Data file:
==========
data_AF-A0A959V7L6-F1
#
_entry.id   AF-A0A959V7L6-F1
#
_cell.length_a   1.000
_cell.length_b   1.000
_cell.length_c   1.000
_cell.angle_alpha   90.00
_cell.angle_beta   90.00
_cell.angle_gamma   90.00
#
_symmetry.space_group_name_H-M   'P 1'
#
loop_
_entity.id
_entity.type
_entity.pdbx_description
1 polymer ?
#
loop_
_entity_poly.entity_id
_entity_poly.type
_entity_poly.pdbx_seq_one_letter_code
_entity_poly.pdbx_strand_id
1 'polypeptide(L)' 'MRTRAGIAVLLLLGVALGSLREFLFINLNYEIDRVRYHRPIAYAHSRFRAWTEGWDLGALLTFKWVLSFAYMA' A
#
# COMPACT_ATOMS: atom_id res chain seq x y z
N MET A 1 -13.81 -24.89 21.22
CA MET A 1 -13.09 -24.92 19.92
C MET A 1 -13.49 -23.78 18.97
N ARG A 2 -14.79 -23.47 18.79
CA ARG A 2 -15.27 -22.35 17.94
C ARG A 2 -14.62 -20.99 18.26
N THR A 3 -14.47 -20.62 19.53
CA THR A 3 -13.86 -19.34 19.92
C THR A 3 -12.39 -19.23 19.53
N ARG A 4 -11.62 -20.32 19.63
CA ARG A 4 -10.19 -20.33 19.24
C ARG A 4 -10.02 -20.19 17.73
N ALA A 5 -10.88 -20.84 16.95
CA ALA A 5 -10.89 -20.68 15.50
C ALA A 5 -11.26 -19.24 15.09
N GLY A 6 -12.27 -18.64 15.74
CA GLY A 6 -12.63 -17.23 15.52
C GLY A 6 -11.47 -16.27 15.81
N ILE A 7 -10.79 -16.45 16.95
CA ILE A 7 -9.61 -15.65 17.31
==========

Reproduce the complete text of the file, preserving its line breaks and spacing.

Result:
data_AF-A0A959V7L6-F1
#
_entry.id   AF-A0A959V7L6-F1
#
_cell.length_a   1.000
_cell.length_b   1.000
_cell.length_c   1.000
_cell.angle_alpha   90.00
_cell.angle_beta   90.00
_cell.angle_gamma   90.00
#
_symmetry.space_group_name_H-M   'P 1'
#
loop_
_entity.id
_entity.type
_entity.pdbx_description
1 polymer ?
#
loop_
_entity_poly.entity_id
_entity_poly.type
_entity_poly.pdbx_seq_one_letter_code
_entity_poly.pdbx_strand_id
1 'polypeptide(L)' 'MRTRAGIAVLLLLGVALGSLREFLFINLNYEIDRVRYHRPIAYAHSRFRAWTEGWDLGALLTFKWVLSFAYMA' A
#
# COMPACT_ATOMS: atom_id res chain seq x y z
N MET A 1 -13.81 -24.89 21.22
CA MET A 1 -13.09 -24.92 19.92
C MET A 1 -13.49 -23.78 18.97
N ARG A 2 -14.79 -23.47 18.79
CA ARG A 2 -15.27 -22.35 17.94
C ARG A 2 -14.62 -20.99 18.26
N THR A 3 -14.47 -20.62 19.53
CA THR A 3 -13.86 -19.34 19.92
C THR A 3 -12.39 -19.23 19.53
N ARG A 4 -11.62 -20.32 19.63
CA ARG A 4 -10.19 -20.33 19.24
C ARG A 4 -10.02 -20.19 17.73
N ALA A 5 -10.88 -20.84 16.95
CA ALA A 5 -10.89 -20.68 15.50
C ALA A 5 -11.26 -19.24 15.09
N GLY A 6 -12.27 -18.64 15.74
CA GLY A 6 -12.63 -17.23 15.52
C GLY A 6 -11.47 -16.27 15.81
N ILE A 7 -10.79 -16.45 16.95
CA ILE A 7 -9.61 -15.65 17.31